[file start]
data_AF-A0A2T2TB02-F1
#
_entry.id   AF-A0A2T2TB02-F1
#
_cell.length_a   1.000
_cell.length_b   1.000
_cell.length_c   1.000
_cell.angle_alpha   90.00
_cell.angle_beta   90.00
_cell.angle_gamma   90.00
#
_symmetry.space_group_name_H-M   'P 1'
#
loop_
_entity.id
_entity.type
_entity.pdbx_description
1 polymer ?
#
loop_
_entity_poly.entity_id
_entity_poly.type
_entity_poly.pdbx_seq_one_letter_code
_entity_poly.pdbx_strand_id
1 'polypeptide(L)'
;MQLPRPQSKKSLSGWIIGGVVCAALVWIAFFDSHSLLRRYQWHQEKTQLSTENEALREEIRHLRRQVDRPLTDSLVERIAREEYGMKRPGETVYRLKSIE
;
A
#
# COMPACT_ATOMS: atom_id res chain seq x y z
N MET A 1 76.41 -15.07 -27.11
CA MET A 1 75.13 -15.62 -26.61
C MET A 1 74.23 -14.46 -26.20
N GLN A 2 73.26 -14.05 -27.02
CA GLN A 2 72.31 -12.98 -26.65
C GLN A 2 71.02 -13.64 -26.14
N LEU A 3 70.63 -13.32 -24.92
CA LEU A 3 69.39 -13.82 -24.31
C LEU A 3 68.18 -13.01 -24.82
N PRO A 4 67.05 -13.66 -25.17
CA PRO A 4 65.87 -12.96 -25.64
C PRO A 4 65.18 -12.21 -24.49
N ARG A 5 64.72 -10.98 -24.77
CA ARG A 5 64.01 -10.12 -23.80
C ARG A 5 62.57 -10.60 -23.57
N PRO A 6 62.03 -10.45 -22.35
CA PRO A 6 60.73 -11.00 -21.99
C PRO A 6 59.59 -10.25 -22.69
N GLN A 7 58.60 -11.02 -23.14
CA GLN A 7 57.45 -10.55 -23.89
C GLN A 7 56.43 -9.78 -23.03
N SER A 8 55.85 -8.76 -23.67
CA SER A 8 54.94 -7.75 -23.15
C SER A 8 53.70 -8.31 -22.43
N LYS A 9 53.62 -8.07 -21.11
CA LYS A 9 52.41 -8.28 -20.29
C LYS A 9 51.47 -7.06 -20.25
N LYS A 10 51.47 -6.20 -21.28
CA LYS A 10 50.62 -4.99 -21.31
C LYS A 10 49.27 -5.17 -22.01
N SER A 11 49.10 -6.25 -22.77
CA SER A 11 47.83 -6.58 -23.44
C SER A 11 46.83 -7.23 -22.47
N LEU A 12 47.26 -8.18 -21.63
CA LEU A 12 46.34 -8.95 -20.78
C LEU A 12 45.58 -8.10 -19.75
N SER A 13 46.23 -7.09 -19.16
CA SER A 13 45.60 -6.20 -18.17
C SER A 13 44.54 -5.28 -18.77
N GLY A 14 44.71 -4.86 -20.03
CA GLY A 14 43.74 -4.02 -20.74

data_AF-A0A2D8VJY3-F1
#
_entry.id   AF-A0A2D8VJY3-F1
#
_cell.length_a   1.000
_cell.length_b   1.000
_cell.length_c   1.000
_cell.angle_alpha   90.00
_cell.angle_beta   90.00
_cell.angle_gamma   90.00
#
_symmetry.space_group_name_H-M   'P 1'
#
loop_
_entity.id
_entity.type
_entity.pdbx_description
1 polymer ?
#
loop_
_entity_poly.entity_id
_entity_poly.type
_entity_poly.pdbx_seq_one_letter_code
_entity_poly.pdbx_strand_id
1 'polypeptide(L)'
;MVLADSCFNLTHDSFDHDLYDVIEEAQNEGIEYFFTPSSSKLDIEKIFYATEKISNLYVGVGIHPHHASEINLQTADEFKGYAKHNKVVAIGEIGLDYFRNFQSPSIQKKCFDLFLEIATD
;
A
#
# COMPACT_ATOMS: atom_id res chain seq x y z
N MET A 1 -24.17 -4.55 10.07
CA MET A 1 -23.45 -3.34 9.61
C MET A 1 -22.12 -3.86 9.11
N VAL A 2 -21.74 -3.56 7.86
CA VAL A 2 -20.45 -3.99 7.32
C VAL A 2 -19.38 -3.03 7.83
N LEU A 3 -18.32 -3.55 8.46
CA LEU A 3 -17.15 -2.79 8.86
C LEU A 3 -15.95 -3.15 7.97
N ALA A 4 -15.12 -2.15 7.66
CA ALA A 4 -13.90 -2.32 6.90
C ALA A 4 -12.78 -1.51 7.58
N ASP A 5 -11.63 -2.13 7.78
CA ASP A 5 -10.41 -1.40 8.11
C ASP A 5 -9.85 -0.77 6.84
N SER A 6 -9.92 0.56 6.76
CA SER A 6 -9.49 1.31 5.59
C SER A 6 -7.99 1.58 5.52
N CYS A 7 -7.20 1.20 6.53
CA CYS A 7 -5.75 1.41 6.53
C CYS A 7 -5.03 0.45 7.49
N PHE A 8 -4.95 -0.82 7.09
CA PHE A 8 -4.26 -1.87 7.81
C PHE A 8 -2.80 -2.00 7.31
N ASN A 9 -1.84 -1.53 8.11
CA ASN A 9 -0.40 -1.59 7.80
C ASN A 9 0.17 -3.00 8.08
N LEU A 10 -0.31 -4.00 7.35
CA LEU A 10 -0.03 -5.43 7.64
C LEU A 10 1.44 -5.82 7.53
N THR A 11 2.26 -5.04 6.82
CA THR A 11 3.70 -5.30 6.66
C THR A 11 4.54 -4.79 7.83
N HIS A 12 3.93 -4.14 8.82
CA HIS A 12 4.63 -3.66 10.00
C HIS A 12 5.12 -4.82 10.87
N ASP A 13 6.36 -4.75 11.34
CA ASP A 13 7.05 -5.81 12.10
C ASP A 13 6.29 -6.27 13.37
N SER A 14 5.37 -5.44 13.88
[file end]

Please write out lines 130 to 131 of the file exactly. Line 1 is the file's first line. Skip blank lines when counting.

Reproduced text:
CA LEU A 10 -0.03 -5.43 7.64
C LEU A 10 1.44 -5.82 7.53